With a non-participating policy, the insurance company will assume all future performance risks. In other words, if an insurer’s actuaries underestimate the cost of future claims, responsibility would then shift to the insurance company to make up the difference. In such a case where an overestimation of the insurer’s future claims’ costs has occurred, then the insurance company may retain this difference. Non-participating policies do not pay dividends to their policyholders.
Benefits of Whole Life Insurance
There are several benefits to owning a whole life insurance policy.
First, although the premium may start out higher than term insurance premiums for the same amount of coverage, the premiums on the whole life stay level throughout the entire life of the policy. This makes the policy much easier to budget for over the long term.
Whole life insurance also offers a minimum guaranteed death benefit. Since those insured by whole life never have to requalify, they can count on a specific amount of death benefit for their survivors at a premium that never changes.
Certainly, another benefit is that they build cash value. This savings element allows insureds to build cash value on a tax-deferred basis. In addition, the policy owner can cancel or surrender the whole life policy at any time and receive the accumulated cash value.
If an insured owns a participating whole-life policy, they have the opportunity to earn dividends. These dividends provide many advantages, including additional cash value or increased death benefit.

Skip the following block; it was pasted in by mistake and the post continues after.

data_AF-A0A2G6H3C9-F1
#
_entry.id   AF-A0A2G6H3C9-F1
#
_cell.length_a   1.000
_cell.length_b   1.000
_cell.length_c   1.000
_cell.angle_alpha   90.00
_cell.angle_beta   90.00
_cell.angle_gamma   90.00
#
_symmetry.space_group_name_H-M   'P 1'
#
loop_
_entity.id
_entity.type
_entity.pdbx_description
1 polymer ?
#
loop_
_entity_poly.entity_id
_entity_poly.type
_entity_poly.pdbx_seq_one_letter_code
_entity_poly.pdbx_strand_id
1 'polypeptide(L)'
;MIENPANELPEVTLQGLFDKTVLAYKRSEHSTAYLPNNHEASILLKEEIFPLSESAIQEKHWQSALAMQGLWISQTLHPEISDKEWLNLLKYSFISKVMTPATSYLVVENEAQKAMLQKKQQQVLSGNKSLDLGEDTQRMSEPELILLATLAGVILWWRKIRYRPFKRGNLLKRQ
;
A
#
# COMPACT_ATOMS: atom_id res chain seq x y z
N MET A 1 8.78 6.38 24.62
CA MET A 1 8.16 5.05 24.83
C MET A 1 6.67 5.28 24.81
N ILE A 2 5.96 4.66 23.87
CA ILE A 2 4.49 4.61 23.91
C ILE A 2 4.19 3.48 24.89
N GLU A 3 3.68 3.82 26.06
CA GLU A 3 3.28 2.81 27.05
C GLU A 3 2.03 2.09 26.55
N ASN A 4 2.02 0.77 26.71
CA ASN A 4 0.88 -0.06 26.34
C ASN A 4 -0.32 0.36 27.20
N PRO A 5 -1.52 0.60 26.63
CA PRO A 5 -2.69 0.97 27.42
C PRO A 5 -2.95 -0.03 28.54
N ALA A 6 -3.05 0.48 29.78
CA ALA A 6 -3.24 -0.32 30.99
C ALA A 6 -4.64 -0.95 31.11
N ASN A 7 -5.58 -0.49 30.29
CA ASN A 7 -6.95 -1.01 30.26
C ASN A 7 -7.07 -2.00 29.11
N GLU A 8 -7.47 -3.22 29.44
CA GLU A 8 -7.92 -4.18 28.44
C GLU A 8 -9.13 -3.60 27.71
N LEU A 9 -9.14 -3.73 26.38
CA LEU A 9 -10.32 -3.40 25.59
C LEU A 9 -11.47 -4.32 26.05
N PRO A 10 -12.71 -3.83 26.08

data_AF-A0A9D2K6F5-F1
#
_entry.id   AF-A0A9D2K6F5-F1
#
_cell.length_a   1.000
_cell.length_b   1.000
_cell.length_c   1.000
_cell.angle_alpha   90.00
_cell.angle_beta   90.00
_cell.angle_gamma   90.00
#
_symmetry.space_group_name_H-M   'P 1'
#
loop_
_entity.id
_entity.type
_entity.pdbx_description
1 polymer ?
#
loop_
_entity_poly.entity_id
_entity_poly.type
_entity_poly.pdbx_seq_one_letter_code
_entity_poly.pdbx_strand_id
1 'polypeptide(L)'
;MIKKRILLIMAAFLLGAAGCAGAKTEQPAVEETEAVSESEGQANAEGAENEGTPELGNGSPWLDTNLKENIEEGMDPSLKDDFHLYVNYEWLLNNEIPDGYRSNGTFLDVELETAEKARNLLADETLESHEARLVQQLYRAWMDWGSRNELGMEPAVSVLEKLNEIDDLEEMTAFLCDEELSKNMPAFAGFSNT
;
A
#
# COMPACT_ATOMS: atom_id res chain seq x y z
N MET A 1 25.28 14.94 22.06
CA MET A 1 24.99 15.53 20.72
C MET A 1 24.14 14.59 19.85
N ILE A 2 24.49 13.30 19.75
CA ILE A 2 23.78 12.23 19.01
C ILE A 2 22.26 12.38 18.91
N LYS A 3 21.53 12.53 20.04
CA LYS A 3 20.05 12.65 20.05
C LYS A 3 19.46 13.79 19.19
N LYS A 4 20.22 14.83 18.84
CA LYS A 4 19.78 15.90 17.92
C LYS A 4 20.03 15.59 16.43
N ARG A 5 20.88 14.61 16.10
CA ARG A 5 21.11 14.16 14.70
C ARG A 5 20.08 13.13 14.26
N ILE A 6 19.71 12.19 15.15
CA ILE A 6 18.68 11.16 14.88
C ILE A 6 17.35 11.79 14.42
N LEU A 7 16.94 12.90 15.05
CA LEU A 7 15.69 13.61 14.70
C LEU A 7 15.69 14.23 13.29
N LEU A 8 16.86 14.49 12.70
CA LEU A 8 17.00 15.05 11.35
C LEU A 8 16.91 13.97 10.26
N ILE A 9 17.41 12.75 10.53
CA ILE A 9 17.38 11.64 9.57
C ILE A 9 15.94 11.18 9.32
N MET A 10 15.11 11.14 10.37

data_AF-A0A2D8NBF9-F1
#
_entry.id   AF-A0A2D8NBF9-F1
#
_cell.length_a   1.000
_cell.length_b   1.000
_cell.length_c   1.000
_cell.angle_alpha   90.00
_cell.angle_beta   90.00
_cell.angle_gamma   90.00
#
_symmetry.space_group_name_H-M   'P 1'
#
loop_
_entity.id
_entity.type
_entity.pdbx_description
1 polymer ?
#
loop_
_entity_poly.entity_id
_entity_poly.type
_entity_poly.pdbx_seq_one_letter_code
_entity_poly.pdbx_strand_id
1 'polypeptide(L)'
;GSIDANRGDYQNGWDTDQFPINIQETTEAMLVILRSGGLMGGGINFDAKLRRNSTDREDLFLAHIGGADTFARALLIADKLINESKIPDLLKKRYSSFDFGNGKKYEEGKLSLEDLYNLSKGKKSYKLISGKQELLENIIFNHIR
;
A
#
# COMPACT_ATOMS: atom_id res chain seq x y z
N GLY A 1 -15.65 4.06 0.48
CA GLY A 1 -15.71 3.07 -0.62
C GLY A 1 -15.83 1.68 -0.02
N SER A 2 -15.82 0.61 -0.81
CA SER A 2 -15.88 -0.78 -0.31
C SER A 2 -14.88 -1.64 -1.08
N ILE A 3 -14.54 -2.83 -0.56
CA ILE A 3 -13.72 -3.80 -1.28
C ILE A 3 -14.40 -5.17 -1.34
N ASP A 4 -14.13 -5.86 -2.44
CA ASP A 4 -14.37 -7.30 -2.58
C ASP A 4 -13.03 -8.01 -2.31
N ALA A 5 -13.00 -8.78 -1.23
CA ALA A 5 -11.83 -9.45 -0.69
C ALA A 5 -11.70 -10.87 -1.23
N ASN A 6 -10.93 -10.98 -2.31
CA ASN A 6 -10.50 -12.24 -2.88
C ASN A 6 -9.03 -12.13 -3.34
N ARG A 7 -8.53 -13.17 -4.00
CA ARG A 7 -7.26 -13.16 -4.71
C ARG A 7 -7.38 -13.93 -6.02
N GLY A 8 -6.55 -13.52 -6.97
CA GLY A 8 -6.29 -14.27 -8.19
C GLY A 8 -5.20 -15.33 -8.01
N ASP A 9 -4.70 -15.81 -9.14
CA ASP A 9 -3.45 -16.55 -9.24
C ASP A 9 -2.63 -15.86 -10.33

Whole life insurance policies also offer the opportunity for additional retirement assets. For example, the insured can convert their cash value to a fixed annuity and use the income for retirement, or they can cash out and use the money for emergency funds or other bills.
Whole Life Insurance Method of Payment
Whole life insurance policies are often classified by their method of payment.
A sampling of whole-life payment methods includes the following:
The majority of whole life insurance policies are straight life. where premium payments will persist until the insured reaches age 100 or passes away. Straight whole life may also be referred to as pure or continuous whole life.
As suggested by the policy’s title, the entire policy must be paid in accordance with a designated time schedule. For example, a 10-pay policy would set the premiums so that the policy would be entirely paid up after 10 years. After that, the policyholder would owe no more premium. These policies are designed for those who want permanent life insurance protection for their whole life but do not want to pay premiums indefinitely.
These types of policies will also have a higher amount of initial cash value. This is because each premium payment that is made is higher than the premium amount on a straight-life policy. Therefore, the cash component of a limited pay whole life policy will also typically accumulate more rapidly than that of a straight life policy as well. A limited pay policy will still endow when the insured turns age 100.
Single premium whole-life policies are considered to be “paid up” after the policyholder pays just one single premium. Because of the large sum of money initially deposited, cash value volume is substantial during the policy’s infancy. The premium is paid into the policy upfront, so purchasing at a discounted rate is typical, unlike the total premium amount of straight-life policies over a period of time.
Modified whole life insurance will require that the policy owner pay premiums throughout the policy’s life. However, an initial premium discount is offered in the early years, along with a single premium increase after several years. These policies are usually a good choice for those seeking permanent life insurance coverage but currently cannot afford the premiums.